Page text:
quantitative   microdensitometry.     Diabetes 27, 384-388 (1978).                            TC,
                                                                          14. B#{216}g-Hansen Bjerrum OJ, Ramlau J. Identification             and
5. Cole RA, Soeldner JS, Dunn PJ, Bunn HF. A rapid method for             quantitation   of glycoproteins by affinity electrophoresis. Anal Bio-
the determination    of glycosylated hemoglobins using high pressure      chem 81, 78-87 (1977).
liquid chromatography.      Metabolism 27, 289-301 (1978).                15. Horejsi V, Ticha M, Kocourek J. Determination of dissociation
6. Abraham EC, Hutt TA, Cape JD, et al. Determination            of the   constants of lectin sugar complexes by means of affinity electropho-
glycosylated (HbA1) hemoglobins with a new micro-column proce-            resis. Biochim Biophys Acta 499, 290-300 (1977).
dure. Diabetes 27, 931-937 (19781.                                        16. Goldstein DE, Peth S, England JD, et al. Effect of acute changes
7. Fluckeger R, Winterhatter        KH. In vitro synthesis of HbA1c.      in blood glucose on HbA,. Diabetes 29, 623-628 (1980).
FEBS Lett 71, 356-360 (1976).                                             17. Nathan DM. Labile glycosylated hemoglobin contributes to
8. Dix D, Cohen P, Kingsley S, et al. Evaluation of a glycosylated        hemoglobin A, as measured by liquid chromatography           or electro-
hemoglobin kit. Clin C/tern 24, 2073 (1978). Letter.                      phoresis. Gun C/rem 27, 1261-1263 (1981).

CLIN. CHEM. 29/2, 343-345      (1983)

Assessment of the Benzethonium Chloride Method for Routine
Determination of Protein in Cerebrospinal Fluid and Urine
Ellsabeth Flachaire,1Odlie Damour,2 Jacques Bienvenu,2Tarak Aoulti,2and Roger Later’

We have tested the characteristics of the method of Iwata                 that the   turbidity  produced  is the same for albumin and
and Nishikaze    (C/in Chem 25: 1317, 1979). The linearity,               gamma-globulins,     and is more stable than in Meulemans’s
sensitivity, and precision are satisfactory and the reactivity of         method (3) or in the method of Bossak et al. (4).
benzethonium chloride with various proteins (albumin, immu-                  We have evaluated their method, and we have compared
noglobulins) is the same. The method has been compared                    the results with those by the method we routinely use in our
with Meulemans’s technique (Gun Chim Acta 5: 757, 1960),                  laboratories,   the sulfosalicylic    acid method     (3).
routinely used in our laboratories, by analysis of 82 samples
                                                                          Materials and Methods
of cerebrospinal fluid (CSF) and 119 samples of urine. Our
results for cerebrospinal fluid agree well with those of Iwata            Preparation and Storage of Specimens
and Nishikaze (r = 0.976; y = O.992x - 0.013), but we find
                                                                             CSF and urine specimens were promptly centrifuged after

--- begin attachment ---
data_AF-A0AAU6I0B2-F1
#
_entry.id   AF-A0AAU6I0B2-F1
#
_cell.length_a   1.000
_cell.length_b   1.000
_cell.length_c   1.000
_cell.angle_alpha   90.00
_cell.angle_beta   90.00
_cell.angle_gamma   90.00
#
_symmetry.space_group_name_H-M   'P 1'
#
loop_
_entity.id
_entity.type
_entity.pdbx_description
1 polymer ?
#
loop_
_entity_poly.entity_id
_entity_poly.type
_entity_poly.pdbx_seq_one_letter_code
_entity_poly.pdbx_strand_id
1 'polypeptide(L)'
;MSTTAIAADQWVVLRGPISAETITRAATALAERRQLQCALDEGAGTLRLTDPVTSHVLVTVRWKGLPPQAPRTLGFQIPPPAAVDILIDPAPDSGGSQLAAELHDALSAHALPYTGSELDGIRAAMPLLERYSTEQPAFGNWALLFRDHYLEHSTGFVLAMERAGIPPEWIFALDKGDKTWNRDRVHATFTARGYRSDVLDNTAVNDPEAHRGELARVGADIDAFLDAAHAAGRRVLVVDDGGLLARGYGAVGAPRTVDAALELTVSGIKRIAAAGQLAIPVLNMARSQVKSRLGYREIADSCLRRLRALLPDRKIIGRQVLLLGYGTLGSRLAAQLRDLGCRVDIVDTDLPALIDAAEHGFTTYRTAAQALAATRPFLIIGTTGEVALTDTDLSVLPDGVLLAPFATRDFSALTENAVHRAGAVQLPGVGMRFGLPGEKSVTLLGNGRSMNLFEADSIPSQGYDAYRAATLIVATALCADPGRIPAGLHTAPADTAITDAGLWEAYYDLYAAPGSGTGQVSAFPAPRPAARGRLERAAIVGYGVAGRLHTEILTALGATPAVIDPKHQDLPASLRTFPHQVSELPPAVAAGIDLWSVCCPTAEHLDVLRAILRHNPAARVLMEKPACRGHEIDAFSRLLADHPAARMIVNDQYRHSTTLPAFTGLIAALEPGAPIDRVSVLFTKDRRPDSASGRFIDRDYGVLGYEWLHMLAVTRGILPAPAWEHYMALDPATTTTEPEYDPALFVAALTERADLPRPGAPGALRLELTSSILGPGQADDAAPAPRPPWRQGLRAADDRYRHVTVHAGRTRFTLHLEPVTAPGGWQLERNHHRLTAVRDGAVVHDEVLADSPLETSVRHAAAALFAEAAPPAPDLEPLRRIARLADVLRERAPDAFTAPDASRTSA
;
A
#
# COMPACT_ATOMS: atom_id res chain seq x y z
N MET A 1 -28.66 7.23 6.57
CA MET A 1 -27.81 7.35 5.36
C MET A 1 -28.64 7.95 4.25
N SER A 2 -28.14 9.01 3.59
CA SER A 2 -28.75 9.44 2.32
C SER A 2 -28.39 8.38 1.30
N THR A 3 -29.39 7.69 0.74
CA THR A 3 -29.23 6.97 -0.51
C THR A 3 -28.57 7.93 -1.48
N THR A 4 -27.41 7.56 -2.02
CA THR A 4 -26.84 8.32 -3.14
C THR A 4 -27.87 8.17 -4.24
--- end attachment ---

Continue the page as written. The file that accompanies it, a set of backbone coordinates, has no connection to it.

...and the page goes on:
their method unsuitable for urinary protein determination,                collection. Protein was determined concurrently     by the two
probably because of interfering compounds in urine.                       methods, either immediately                                (the
                                                                                                         or after storage at -20 #{176}C
                                                                          specimen    being centrifuged just before analysis). Spectro-
AdditionalKeyphrase:turbidimetry                                          photometers     used were the Model 25 Beckman (at Pierre
                                                                          Benite2) and Model 1800 Philips (at Lyon’).
   We have been very interested         in the new turbidimetric
method described by Iwata and Nishikaze          (1) for determina-       Reagents
tion of proteins in cerebrospinal         fluid (CSF) and urine.             IwatalNishikaze       (I/N) method:    Benzethonium          chloride
Benzethoniuxn      chloride in alkali is used as a flocculation
                                                                          (Sigma Chemical Co., St. Louis, MO 63178) 2 g/L, sodium
reagent.   Iwata and Nishikaze       say that this method has a           hydroxide     0.5 mollL in 33 mmol/L tetrasodium           ethylenedi-
higher sensitivity    than the classic method of Lowry et al. (2)         aminetetraacetate       (EDTA) (Prolabo, Paris, France).
and   shows   satisfactory   reproducibility    and   recovery,    and
                                                                             Meulemans’s      method: (a) Dissolve 6 g of sulfosalicylic acid
                                                                          in 100 mL of distilled water. (b) Dissolve 14 g of anhydrous
   1 Service de Biologie (Professeur  Cl. Quincy), H#{244}pital
                                                           Neurologi-     sodium sulfate in 100 mL of water. Mix equal volumes of a
que, 59, Bd. Pinel, 69003 Lyon, France.                                   and b for use in the protein determination.
   2 Service de Biologie Secteur Jules Courmont    (A. Roullet.), Cen-       Standard      and control. Human    albumin     (crystallized      and
tre Hospitalier Lyon Sud, 69310 Pierre Benite, France.                    lyophilized;    Sigma A9511 and human globulin (Gamma 16;
   Received January 6, 1982; accepted November 15, 1982.                  Institut   Merieux, Marcy l’Etoile, France).

                                                                                            CLINICAL CHEMISTRY, Vol. 29, No. 2, 1983 343